A cyclist's optimal amount of pedal float -- the degree of mobility your foot has when it's clicked into place -- depends on a variety of factors.

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Pedal float doesn't refer to what happens when flowers are submerged in water -- not, at least, in the world of cycling. Instead, pedal float refers to the amount of mobility your foot has when it's clicked into the pedal of a bicycle. Note the use of the word "clicked" rather than "clipped." Pedal float is only an issue when using clipless pedals, into which your feet click with the help of a cleat. Don't worry -- it's confusing even to the pros.

Why is pedal float important in cycling? There are a few reasons, the most important of which is its impact on the muscles and joints of the body, particularly the knees. When we talk about pedal float, we're talking about the degree of rotation the foot has in swiveling from left to right while clicked into the pedal. In other words, the foot shouldn't be able to float up and down -- that would cause the rider to lose thrust during pedaling. With the foot firmly attached to the pedal, the rider is able to maintain force on the upward as well as downward portion of the revolution. This significantly increases riding performance.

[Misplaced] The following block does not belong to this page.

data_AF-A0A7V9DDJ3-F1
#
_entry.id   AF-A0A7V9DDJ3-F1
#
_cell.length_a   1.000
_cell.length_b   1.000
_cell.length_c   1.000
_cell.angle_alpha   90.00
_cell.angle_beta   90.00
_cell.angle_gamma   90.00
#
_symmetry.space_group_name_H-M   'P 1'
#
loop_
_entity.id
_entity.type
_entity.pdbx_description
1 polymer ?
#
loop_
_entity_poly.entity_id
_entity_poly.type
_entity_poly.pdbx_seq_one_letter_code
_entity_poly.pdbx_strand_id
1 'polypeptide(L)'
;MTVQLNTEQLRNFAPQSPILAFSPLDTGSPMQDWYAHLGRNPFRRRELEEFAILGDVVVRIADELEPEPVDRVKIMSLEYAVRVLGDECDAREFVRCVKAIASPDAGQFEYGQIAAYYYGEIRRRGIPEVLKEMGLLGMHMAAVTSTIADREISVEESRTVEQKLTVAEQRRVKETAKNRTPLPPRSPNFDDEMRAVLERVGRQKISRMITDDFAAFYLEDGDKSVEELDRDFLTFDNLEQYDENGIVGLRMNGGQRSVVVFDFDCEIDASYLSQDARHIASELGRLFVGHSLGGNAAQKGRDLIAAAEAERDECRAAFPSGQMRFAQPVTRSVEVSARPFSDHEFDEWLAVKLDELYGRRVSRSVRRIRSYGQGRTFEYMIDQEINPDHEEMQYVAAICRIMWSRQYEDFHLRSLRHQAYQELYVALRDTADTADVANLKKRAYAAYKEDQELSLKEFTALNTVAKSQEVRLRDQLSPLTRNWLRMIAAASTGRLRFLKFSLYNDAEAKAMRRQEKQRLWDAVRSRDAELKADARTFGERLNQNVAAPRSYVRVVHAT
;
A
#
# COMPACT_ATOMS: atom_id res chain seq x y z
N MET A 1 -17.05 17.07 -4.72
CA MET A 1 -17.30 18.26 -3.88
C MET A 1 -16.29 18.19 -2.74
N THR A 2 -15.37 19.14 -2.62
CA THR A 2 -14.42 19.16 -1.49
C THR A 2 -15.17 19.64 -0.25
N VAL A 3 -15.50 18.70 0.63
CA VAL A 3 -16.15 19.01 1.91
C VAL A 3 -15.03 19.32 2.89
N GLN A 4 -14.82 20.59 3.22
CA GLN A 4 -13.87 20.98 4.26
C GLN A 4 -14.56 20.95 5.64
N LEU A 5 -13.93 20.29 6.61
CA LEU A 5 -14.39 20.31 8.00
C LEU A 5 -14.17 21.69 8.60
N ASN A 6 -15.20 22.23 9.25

A similar dynamic applies to the right to left movement of the foot in the pedal. Generally speaking, the more tense the connection with the pedal, the more force is exerted during the revolution. This is why a lot of competitive cyclists prefer less float in their pedals. The catch is that this tension can put a lot of strain on the knees. For this reason, people with knee issues are usually advised to ride with a high degree of pedal float. Novices, newbies and recreational riders also tend to ride with a higher degree of pedal float.

The optimal amount of pedal float for an individual cyclist depends on a variety of factors, including cleat position and how your foot naturally positions during times of exertion or hard pedaling. The best way to determine the degree of float that's right for you is through trial and error. Some pedals can be adjusted for float. Others may need to be replaced in order to achieve the desired results. The best thing to do is seek help from the staff at your local bike shop -- ideally from a professional bike fitter or someone with knowledge of pedal mechanics and their impact on performance and the body.

And remember that subtle differences in pedal float can significantly impact your cycling performance, so consult an expert if you're interested in maximizing your ride.